Women are people ... and citizens too! : changes in the Women's Bureau, 1944-1959

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Title: Women are people ... and citizens too! : changes in the Women's Bureau, 1944-1959
Author: Dunston, Jamie Lynn
Advisors: Frank Fee, Committee Member
Nancy Mitchell, Committee Member
David Zonderman, Committee Chair
Abstract: ABSTRACT DUNSTON, JAMIE LYNN. Women are People -- and Citizens Too! Changes in the Women's Bureau, 1944 - 1959. (Under the direction of David Zonderman.) In 1945, Rosie the Riveter was a revered icon of womanpower and feminine patriotism. By the time Leave it to Beaver made its television debut in 1957, however, June Cleaver had supplanted Rosie as the new face of the American housewife. Many historians have studied this shift, but few have taken an institutional approach to the topic. This thesis explores the changing status of women in the labor force during the postwar decade through the lens of the Women's Bureau, a branch of the Department of Labor, and the two women charged with its directorship between 1944 and 1961. This thesis examines the differences between Frieda Miller, Women's Bureau Director from 1944 - 1953, and Alice K. Leopold, Director from 1953 - 1961. Mid-level bureaucratic appointments are often overlooked, but time and again, national events remind us that these organizational managers not only reflect the political philosophies of the Presidents they serve, but are often in a position to influence their fields even more than the Presidents who appointed them. By studying personal papers, press articles, interviews, and labor statistics the researcher paints a complex picture of working women during the tumultuous demobilization following World War II and the women chosen to lead and represent them. This thesis describes the origins of the Women's Bureau, gives statistical snapshots of women’s labor patterns, and examines the human factors (like long hours, wage discrimination, and availability of child care) that affect labor policy. The researcher then presents comparative biographies of Miller and Leopold and illustrates the broad changes that accompanied the Leopold's succeeding Miller in 1953. Two more different historical characters would be difficult to imagine. Frieda Miller was a longtime labor activist and advocate, a single mother living with a female companion, and an outspoken proponent of a woman's right to training, employment, and protection from exploitation. Alice Leopold was a meteoric success as a businesswoman who left the workforce to be a homemaker for 18 years before entering public life and catapulting to a federal position. Her conviction that a woman's primary role was wife and mother combined with her firm belief that the same woman could contribute much more to society led her to champion women's education, involvement in community organizations, and opportunities for women to work once their children were self-sufficient. By studying these two women, the author hopes to gain a new understanding of the nature of women in America's labor force, past and present, and to examine the role of federal appointees in shaping public policy.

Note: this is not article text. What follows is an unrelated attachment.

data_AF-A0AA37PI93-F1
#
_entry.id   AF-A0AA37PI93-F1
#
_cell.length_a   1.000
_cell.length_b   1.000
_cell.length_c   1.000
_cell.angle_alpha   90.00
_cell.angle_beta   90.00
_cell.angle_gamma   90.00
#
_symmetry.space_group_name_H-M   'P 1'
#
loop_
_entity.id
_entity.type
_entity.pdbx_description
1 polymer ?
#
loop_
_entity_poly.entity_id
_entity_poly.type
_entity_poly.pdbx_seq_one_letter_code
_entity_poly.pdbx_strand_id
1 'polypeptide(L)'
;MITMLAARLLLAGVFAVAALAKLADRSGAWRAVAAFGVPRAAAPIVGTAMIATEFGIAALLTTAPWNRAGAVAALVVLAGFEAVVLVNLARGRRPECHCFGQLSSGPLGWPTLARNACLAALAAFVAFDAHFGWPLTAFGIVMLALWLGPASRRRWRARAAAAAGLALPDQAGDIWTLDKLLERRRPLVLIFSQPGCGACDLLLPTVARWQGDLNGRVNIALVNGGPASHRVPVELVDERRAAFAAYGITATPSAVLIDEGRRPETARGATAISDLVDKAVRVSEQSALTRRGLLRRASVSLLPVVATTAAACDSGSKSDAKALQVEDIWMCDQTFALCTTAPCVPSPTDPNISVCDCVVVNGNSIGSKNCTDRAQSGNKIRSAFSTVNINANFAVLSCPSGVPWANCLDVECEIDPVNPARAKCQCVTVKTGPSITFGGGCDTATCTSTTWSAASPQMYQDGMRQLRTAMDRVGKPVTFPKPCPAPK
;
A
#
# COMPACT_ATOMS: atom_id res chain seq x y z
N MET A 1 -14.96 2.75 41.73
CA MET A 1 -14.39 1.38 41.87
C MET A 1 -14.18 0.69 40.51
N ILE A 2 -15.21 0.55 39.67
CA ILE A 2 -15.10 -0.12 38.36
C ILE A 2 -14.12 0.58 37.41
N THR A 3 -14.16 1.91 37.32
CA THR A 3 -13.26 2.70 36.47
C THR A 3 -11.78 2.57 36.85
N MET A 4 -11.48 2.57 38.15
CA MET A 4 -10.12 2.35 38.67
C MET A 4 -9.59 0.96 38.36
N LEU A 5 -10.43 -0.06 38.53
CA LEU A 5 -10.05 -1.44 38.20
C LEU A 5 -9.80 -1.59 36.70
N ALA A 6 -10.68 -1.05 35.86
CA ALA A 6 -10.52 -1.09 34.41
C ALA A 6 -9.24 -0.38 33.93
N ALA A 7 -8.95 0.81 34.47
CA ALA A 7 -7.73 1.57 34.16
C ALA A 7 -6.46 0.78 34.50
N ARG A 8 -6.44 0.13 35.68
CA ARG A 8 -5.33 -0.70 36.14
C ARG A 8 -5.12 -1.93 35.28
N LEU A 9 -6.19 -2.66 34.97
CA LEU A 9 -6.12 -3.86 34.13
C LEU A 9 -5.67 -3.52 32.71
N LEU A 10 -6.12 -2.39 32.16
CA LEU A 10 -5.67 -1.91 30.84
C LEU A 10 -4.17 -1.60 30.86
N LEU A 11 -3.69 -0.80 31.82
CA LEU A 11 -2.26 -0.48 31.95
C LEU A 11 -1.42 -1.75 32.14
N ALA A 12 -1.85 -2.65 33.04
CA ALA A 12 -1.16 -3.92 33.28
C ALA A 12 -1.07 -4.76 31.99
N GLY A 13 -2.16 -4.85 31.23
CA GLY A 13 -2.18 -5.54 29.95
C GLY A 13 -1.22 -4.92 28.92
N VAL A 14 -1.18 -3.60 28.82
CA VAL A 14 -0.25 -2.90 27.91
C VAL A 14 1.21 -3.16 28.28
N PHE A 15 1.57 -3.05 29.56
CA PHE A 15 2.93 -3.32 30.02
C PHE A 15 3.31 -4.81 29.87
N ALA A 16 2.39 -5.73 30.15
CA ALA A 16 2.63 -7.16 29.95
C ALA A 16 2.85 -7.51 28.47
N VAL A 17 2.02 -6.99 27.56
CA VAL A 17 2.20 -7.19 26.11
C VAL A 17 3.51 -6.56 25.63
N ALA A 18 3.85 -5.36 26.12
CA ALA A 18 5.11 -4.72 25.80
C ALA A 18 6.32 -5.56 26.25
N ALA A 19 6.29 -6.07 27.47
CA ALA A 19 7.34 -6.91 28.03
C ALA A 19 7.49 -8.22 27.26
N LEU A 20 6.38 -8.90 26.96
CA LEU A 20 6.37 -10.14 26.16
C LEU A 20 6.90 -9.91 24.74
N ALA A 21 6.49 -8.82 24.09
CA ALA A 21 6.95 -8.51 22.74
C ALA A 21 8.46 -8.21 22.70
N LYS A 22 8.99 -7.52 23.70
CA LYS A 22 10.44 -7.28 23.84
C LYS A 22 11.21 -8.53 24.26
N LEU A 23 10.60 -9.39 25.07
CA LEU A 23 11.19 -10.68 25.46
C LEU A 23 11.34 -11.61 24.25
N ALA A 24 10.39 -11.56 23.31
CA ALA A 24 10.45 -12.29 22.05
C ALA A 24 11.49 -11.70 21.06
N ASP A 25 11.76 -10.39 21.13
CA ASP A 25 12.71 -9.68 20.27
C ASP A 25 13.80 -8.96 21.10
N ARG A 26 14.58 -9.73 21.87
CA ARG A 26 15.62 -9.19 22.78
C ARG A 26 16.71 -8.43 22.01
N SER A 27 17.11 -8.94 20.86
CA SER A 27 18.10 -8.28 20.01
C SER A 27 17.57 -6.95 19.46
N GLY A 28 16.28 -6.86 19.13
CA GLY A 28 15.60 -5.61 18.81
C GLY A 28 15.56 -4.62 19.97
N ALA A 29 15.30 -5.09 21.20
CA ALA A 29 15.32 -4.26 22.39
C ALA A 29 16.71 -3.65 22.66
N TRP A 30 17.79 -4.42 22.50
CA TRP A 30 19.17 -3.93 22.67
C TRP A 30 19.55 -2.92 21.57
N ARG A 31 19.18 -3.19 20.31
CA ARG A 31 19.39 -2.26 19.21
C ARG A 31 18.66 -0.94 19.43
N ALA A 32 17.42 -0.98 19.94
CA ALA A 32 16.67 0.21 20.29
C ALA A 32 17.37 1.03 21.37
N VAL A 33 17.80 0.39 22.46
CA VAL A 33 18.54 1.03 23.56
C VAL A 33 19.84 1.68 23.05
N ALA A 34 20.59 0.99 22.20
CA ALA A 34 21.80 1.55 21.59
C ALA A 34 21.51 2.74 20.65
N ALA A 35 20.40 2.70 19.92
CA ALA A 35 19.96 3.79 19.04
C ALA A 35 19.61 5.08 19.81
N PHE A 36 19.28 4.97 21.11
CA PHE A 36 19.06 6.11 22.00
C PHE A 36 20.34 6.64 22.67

Date: 2008-11-20
Degree: MA
Discipline: History
URI: http://www.lib.ncsu.edu/resolver/1840.16/79

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